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Distribution, habitat characteristics and conservation management of Prasophyllum stellatum (Ben lomond leek-orchid), a forest-dependent threatened species
Wapstra, M and Roberts, N and Larcombe, M and Leaman, T, Distribution, habitat characteristics and conservation management of Prasophyllum stellatum (Ben lomond leek-orchid), a forest-dependent threatened species, Tasforests, 19 pp. 28-41. ISSN 1033-8306 (2011) [Refereed Article]
Copyright 2011 Forestry Tasmania
Official URL: https://cdn.forestrytasmania.com.au/understanding-...
Surveys were undertaken for Prasophyllum stellatum, a threatened forest-dependent orchid. The species occurs in the north-east (Storys Creek area on the southern foothills of Ben Lomond) and the central north (Cluan Tiers area) of Tasmania. It occurs at moderate elevations on Jurassic dolerite in a wide successional range of moist eucalypt forests dominated by Eucalyptus delegatensis. Its extent of occurrence is approximately 214 ha (Storys Creek area) and 110 ha (Cluan Tiers area) but its area of occupancy is substantially less. The species has a patchy distribution within its range and occurs in low numbers: 46 individuals were detected from 38 sites in the Storys Creek area, and 32 individuals from 13 sites in the Cluan Tiers area.
P. stellatum occurs predominantly on State forest subject to forestry activities. The species was detected from a range of forest ages including relatively undisturbed mature forest through to forests regenerating from both selective logging and clearfelling in the 1970s and 1980s. The species was often recorded on old snig tracks and landings, gravel road verges, unsealed track surfaces, and in harvested forest and retained patches of mature forest within a harvested landscape. While the conservation status of endangered on the Tasmanian Threatened Species Protection Act 1995 is warranted for P. stellatum due to its restricted distribution and low population numbers, we argue that carefully managed forestry activities that exclude key sites, minimise intensive ground disturbance, and maintain some canopy and understory structure, are consistent with the conservation of this species, and may be beneficial in maintaining its habitat.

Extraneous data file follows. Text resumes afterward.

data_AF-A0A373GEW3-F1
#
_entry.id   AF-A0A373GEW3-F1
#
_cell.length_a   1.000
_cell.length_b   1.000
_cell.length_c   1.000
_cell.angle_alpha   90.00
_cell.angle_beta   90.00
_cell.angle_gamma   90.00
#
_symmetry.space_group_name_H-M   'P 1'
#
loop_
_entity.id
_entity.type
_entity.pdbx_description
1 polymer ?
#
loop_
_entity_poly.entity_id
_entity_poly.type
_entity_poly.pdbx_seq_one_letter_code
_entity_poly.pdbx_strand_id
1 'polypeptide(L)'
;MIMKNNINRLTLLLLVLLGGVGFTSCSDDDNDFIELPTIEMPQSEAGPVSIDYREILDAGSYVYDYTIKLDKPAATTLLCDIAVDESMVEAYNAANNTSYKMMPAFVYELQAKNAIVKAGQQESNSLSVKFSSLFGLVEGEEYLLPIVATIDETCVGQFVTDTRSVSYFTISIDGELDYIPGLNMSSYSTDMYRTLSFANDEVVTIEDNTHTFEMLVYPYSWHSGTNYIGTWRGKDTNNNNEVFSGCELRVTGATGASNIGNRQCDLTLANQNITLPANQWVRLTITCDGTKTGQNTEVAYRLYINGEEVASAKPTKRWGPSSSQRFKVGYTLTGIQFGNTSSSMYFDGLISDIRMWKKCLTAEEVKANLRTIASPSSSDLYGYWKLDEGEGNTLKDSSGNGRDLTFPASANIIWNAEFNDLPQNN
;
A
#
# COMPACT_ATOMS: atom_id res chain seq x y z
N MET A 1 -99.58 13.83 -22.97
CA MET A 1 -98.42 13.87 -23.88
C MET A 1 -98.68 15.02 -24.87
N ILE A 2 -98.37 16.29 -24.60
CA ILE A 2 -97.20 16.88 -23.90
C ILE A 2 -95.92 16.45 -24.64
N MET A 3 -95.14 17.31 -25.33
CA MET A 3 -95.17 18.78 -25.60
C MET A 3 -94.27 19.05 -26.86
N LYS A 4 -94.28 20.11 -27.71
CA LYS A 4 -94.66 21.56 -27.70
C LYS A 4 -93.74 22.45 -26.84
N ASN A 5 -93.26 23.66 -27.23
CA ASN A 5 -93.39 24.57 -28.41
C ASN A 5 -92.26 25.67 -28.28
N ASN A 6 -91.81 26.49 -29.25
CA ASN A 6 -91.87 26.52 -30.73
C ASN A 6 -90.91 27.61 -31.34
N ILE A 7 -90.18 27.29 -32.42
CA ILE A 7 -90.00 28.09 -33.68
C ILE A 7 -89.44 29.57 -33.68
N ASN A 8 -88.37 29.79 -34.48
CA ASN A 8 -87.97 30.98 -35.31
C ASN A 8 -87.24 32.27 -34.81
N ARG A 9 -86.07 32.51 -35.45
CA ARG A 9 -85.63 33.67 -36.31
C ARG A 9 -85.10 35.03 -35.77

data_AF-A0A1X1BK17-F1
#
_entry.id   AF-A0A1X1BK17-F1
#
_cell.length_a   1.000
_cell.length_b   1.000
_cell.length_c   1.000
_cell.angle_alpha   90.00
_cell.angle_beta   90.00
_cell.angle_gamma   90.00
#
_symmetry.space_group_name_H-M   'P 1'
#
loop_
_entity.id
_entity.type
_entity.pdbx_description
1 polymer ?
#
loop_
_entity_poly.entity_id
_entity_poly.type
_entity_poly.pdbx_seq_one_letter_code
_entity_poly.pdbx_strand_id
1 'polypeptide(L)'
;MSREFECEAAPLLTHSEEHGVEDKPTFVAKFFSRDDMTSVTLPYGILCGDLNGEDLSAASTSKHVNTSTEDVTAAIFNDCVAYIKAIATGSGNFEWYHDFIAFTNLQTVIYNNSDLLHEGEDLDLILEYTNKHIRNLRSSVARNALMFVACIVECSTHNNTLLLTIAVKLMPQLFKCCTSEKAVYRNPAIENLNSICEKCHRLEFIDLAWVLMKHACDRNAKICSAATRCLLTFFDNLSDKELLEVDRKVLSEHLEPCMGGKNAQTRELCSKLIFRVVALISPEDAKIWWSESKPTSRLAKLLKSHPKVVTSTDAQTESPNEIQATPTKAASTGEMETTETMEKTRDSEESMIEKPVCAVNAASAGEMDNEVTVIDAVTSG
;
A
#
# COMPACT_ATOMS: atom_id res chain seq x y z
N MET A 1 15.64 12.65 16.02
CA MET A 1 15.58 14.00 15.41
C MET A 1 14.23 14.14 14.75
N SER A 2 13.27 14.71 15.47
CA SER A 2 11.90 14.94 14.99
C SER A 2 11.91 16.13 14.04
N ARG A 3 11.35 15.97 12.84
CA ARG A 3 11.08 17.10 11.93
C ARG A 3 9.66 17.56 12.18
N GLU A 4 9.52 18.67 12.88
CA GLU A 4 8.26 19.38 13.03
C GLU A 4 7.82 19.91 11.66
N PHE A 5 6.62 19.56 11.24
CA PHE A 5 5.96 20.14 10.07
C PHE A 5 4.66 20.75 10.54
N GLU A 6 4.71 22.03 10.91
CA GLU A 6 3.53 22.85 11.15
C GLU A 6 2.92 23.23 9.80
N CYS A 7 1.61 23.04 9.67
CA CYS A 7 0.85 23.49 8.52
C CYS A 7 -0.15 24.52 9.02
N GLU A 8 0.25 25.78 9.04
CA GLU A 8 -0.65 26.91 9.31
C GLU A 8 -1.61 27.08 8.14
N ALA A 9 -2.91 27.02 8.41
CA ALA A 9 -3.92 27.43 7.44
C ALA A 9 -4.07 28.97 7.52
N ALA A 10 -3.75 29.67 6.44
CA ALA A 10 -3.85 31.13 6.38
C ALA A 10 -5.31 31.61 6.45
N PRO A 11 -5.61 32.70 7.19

The study highlighted the complex taxonomy of the genus Prasophyllum in Tasmania and the implications of this for conservation management. P. stellatum exhibits significant variation in morphological features that available descriptions and keys do not acknowledge. Further review of the Prasophyllum truncatum species-complex in Tasmania (to which P. stellatum belongs) is warranted.
|Item Type:||Refereed Article|
|Keywords:||distribution, habitat, characteristics, conservation management, Prasophyllum stellatum, Ben Lomond leek-orchid, threatened species|
|Research Division:||Biological Sciences|
|Research Group:||Evolutionary biology|
|Research Field:||Biogeography and phylogeography|
|Objective Division:||Plant Production and Plant Primary Products|
|Objective Field:||Native forests|
|UTAS Author:||Larcombe, M (Mr Matthew Larcombe)|
|Deposited By:||Plant Science|
|Downloads:||91 View Download Statistics|
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